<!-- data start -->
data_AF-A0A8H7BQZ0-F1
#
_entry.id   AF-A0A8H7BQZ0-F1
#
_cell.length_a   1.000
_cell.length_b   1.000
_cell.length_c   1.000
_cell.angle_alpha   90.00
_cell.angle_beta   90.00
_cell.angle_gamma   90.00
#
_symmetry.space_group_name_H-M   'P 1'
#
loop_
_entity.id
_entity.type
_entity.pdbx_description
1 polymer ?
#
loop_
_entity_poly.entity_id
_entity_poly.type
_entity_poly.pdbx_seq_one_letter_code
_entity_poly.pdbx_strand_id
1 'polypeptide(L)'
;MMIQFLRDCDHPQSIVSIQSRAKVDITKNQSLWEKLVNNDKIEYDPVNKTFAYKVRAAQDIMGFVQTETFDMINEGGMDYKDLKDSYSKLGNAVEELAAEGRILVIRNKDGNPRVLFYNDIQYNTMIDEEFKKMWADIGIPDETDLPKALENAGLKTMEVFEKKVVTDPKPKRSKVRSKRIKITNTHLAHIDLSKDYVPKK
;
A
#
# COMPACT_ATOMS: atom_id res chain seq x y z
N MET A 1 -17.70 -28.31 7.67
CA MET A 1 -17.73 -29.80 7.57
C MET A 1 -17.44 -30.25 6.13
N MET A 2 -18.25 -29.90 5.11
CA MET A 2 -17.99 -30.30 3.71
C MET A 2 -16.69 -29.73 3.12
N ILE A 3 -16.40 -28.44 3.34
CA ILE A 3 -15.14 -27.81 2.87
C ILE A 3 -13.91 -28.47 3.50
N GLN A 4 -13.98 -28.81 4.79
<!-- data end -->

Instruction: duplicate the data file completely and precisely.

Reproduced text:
data_AF-A0A8H7BQZ0-F1
#
_entry.id   AF-A0A8H7BQZ0-F1
#
_cell.length_a   1.000
_cell.length_b   1.000
_cell.length_c   1.000
_cell.angle_alpha   90.00
_cell.angle_beta   90.00
_cell.angle_gamma   90.00
#
_symmetry.space_group_name_H-M   'P 1'
#
loop_
_entity.id
_entity.type
_entity.pdbx_description
1 polymer ?
#
loop_
_entity_poly.entity_id
_entity_poly.type
_entity_poly.pdbx_seq_one_letter_code
_entity_poly.pdbx_strand_id
1 'polypeptide(L)'
;MMIQFLRDCDHPQSIVSIQSRAKVDITKNQSLWEKLVNNDKIEYDPVNKTFAYKVRAAQDIMGFVQTETFDMINEGGMDYKDLKDSYSKLGNAVEELAAEGRILVIRNKDGNPRVLFYNDIQYNTMIDEEFKKMWADIGIPDETDLPKALENAGLKTMEVFEKKVVTDPKPKRSKVRSKRIKITNTHLAHIDLSKDYVPKK
;
A
#
# COMPACT_ATOMS: atom_id res chain seq x y z
N MET A 1 -17.70 -28.31 7.67
CA MET A 1 -17.73 -29.80 7.57
C MET A 1 -17.44 -30.25 6.13
N MET A 2 -18.25 -29.90 5.11
CA MET A 2 -17.99 -30.30 3.71
C MET A 2 -16.69 -29.73 3.12
N ILE A 3 -16.40 -28.44 3.34
CA ILE A 3 -15.14 -27.81 2.87
C ILE A 3 -13.91 -28.47 3.50
N GLN A 4 -13.98 -28.81 4.79